Facilitators to Successful Service Engagement of people with Disabilities from Culturally and Linguistically Diverse Background;

Author: Mary Awata

Awata, Mary, 2019 Facilitators to Successful Service Engagement of people with Disabilities from Culturally and Linguistically Diverse Background;, Flinders University, College of Education, Psychology and Social Work

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Australia is one of the most multicultural countries in the world with approximately 28 percent of the population constituting people from culturally and linguistically diverse background (CALD) (Henderson & Kendall, 2011). Yet, studies report that access rate of disability services by people from CALD background with disability is exceedingly disproportionate to their presence in the community (Zhou, 2016). The aim of this study is to establish what the academic literature informs about the facilitating factors that promote successful service engagement of CALD people with disability. To inform policy and service delivery in the disability sector, facilitators to service engagement by CALD populations must be understood.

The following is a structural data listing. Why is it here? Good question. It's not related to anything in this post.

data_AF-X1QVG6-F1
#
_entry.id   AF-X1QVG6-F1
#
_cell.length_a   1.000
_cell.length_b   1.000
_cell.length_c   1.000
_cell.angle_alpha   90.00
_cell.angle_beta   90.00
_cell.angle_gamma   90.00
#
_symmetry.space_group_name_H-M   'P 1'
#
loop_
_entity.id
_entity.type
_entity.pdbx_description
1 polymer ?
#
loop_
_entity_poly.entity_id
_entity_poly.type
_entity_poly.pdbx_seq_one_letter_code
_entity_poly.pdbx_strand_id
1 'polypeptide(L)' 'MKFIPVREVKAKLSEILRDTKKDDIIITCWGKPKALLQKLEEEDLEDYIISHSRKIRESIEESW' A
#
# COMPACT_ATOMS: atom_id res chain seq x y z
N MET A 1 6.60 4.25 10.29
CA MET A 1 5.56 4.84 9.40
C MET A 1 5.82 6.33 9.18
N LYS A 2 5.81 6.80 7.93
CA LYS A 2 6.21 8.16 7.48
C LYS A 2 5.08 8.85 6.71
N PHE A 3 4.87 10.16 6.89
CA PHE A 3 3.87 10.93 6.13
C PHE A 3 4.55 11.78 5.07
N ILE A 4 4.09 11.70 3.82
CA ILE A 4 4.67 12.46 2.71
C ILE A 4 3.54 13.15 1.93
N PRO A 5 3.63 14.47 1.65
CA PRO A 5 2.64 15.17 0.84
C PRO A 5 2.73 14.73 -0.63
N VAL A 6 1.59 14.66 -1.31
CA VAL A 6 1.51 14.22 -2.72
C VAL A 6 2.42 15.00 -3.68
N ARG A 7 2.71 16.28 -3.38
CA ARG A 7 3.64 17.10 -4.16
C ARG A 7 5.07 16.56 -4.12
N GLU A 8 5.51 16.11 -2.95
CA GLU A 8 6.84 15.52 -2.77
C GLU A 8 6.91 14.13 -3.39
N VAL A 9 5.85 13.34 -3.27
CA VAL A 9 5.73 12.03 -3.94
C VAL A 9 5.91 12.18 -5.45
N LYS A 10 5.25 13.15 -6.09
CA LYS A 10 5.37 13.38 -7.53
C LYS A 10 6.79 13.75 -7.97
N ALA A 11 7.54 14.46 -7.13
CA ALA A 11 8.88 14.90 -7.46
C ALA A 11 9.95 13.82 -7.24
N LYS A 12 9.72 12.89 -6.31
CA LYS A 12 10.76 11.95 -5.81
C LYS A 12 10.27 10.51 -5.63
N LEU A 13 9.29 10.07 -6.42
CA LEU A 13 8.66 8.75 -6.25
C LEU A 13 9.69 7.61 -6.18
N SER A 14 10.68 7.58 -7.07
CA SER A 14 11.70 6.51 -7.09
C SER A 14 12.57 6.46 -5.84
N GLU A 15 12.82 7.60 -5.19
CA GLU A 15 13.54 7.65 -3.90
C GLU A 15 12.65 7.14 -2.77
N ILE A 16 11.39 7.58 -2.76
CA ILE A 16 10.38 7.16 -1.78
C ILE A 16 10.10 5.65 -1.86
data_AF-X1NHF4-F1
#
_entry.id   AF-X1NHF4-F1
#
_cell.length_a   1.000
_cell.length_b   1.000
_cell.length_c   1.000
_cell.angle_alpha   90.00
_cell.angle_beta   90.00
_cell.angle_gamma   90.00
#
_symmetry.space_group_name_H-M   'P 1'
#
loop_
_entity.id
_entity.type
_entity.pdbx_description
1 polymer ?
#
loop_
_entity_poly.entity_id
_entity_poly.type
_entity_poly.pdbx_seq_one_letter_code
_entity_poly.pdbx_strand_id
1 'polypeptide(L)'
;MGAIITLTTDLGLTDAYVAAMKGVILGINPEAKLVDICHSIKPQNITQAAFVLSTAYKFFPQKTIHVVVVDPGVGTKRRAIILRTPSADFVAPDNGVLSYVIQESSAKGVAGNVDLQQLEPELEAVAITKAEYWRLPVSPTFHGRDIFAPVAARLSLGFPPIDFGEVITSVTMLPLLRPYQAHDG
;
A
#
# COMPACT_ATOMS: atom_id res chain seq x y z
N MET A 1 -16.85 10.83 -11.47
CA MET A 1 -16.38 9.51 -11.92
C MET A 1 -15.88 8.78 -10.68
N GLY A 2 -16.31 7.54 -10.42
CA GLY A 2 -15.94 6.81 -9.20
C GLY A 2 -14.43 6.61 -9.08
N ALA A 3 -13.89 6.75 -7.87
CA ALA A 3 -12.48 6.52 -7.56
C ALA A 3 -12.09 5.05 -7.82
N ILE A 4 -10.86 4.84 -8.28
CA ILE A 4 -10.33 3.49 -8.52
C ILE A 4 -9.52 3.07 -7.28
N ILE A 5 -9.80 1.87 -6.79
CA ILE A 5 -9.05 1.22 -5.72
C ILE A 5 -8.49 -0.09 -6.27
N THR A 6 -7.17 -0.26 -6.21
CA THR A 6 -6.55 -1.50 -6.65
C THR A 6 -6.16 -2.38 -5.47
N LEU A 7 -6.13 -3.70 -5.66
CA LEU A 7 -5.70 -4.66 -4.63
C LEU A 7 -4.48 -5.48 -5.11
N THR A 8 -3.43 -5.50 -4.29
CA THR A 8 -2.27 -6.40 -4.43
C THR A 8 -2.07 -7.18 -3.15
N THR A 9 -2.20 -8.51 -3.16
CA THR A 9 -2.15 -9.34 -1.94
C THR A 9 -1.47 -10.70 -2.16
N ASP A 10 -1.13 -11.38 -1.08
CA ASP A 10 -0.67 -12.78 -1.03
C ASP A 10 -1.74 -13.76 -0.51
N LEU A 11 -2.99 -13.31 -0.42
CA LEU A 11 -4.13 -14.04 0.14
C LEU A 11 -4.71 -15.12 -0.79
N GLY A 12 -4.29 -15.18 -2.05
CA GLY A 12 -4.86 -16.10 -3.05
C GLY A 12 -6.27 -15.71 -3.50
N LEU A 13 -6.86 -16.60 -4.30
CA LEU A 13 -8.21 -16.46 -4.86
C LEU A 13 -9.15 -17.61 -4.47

A systematic review was conducted to capture themes emerging on evidence regarding facilitators to successful engagement of CALD people in disability services. Five academic literature databases were searched, revealing 6549 studies of which 10 articles met the criteria for inclusion. Eligible studies included studies published in English between January 2008 to September 2018.

Two major themes emerged from the literature including facilitators and barriers to service engagement of CALD populations with disability, with little literature focusing discretely on facilitators. The Intersectionality framework was used to discuss the review findings, this framework takes into consideration broader structural inequities and power imbalances including social class, gender, collective impact on help seeking and disability outcomes.

This review highlights the critical need to undertake further enquiry into broader societal issues that influence engagement and disengagement in disability services in CALD populations.

Keywords: Disability, Culturally and linguistically diverse,service engagement

Subject: Social Work thesis

Thesis type: Graduate Diploma
Completed: 2019
School: College of Education, Psychology and Social Work
Supervisor: Dr Helen McLaren